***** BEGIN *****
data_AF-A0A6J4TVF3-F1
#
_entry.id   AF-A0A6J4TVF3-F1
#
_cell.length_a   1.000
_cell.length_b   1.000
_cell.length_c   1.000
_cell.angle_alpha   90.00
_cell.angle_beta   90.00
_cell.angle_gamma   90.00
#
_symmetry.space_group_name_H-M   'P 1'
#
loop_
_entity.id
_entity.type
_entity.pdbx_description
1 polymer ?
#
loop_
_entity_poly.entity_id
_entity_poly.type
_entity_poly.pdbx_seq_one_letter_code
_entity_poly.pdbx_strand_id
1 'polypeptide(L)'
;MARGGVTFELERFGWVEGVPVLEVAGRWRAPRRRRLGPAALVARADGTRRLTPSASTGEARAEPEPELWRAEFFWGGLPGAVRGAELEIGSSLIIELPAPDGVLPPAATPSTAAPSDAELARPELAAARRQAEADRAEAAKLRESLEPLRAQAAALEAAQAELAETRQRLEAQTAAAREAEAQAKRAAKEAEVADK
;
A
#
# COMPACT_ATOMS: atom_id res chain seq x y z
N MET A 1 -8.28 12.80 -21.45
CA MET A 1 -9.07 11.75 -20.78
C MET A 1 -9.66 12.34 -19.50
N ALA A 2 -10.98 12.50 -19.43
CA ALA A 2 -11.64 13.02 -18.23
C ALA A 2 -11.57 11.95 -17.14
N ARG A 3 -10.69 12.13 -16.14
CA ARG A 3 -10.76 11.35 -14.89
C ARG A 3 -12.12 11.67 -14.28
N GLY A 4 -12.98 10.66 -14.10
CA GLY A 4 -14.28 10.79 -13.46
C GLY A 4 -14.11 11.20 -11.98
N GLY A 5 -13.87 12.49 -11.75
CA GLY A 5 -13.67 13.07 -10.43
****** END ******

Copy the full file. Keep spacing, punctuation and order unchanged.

data_AF-A0A6J4TVF3-F1
#
_entry.id   AF-A0A6J4TVF3-F1
#
_cell.length_a   1.000
_cell.length_b   1.000
_cell.length_c   1.000
_cell.angle_alpha   90.00
_cell.angle_beta   90.00
_cell.angle_gamma   90.00
#
_symmetry.space_group_name_H-M   'P 1'
#
loop_
_entity.id
_entity.type
_entity.pdbx_description
1 polymer ?
#
loop_
_entity_poly.entity_id
_entity_poly.type
_entity_poly.pdbx_seq_one_letter_code
_entity_poly.pdbx_strand_id
1 'polypeptide(L)'
;MARGGVTFELERFGWVEGVPVLEVAGRWRAPRRRRLGPAALVARADGTRRLTPSASTGEARAEPEPELWRAEFFWGGLPGAVRGAELEIGSSLIIELPAPDGVLPPAATPSTAAPSDAELARPELAAARRQAEADRAEAAKLRESLEPLRAQAAALEAAQAELAETRQRLEAQTAAAREAEAQAKRAAKEAEVADK
;
A
#
# COMPACT_ATOMS: atom_id res chain seq x y z
N MET A 1 -8.28 12.80 -21.45
CA MET A 1 -9.07 11.75 -20.78
C MET A 1 -9.66 12.34 -19.50
N ALA A 2 -10.98 12.50 -19.43
CA ALA A 2 -11.64 13.02 -18.23
C ALA A 2 -11.57 11.95 -17.14
N ARG A 3 -10.69 12.13 -16.14
CA ARG A 3 -10.76 11.35 -14.89
C ARG A 3 -12.12 11.67 -14.28
N GLY A 4 -12.98 10.66 -14.10
CA GLY A 4 -14.28 10.79 -13.46
C GLY A 4 -14.11 11.20 -11.98
N GLY A 5 -13.87 12.49 -11.75
CA GLY A 5 -13.67 13.07 -10.43